The stock market's rise to record levels fueled a big increase in US household wealth in the final three months of last year, the AP reports. The wealth gains could lead to more spending that would lift the economy, but the increases aren't widely shared. Americans' stock and mutual fund portfolios jumped $728 billion in value in the October-December quarter, the Federal Reserve said Thursday. Home values rose $557 billion. Total household wealth increased 2.3% to $92.8 trillion. The figure includes checking and savings accounts, and subtracts mortgages and other debt, and the Wall Street Journal notes that it's a record.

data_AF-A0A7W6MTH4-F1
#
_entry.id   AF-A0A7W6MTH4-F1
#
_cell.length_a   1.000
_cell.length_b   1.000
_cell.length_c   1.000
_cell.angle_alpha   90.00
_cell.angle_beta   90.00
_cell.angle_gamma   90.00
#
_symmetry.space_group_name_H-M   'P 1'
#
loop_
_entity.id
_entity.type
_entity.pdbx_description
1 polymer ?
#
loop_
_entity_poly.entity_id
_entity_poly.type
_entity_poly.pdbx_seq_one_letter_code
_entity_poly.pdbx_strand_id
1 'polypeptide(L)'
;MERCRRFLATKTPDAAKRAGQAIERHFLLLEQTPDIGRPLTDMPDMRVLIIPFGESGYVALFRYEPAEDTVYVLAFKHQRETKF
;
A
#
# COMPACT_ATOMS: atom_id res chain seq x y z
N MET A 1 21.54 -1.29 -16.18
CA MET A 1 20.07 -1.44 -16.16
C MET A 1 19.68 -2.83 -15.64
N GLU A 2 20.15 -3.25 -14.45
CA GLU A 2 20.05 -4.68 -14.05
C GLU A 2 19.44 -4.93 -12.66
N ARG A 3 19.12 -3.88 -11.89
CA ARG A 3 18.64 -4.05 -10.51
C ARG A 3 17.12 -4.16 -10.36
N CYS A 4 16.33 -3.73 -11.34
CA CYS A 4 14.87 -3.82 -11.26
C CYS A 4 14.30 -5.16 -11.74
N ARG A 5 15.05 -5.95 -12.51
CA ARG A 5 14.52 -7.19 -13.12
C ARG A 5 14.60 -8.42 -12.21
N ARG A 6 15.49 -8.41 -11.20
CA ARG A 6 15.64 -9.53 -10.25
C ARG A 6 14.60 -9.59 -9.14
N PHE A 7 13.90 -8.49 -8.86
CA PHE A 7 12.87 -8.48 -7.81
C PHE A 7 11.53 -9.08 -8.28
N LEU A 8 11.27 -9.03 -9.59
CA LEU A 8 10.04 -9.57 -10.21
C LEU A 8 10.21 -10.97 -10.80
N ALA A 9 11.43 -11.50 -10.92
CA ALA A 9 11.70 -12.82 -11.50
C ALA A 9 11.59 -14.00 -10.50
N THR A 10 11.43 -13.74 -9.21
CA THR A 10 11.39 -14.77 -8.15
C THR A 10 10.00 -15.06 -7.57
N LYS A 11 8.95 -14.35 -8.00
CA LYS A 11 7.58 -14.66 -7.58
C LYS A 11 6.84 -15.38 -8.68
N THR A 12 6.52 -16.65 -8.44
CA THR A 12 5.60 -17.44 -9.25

Still, not all Americans are reaping the gains. The wealthiest 10% of Americans own 80% of the stock market. And younger Americans are less likely to be homeowners than previous generations, as renting increased in the wake of the housing bubble. They have missed out on the rebound in home prices that began in 2012. Typically, an increase in household wealth can boost overall spending and help accelerate growth. By some estimates, Americans spend three to five cents for every dollar of additional wealth, what economists call the "wealth effect." Yet with wealth gains more concentrated among richer and older households, who are less likely to spend more, that effect may be limited.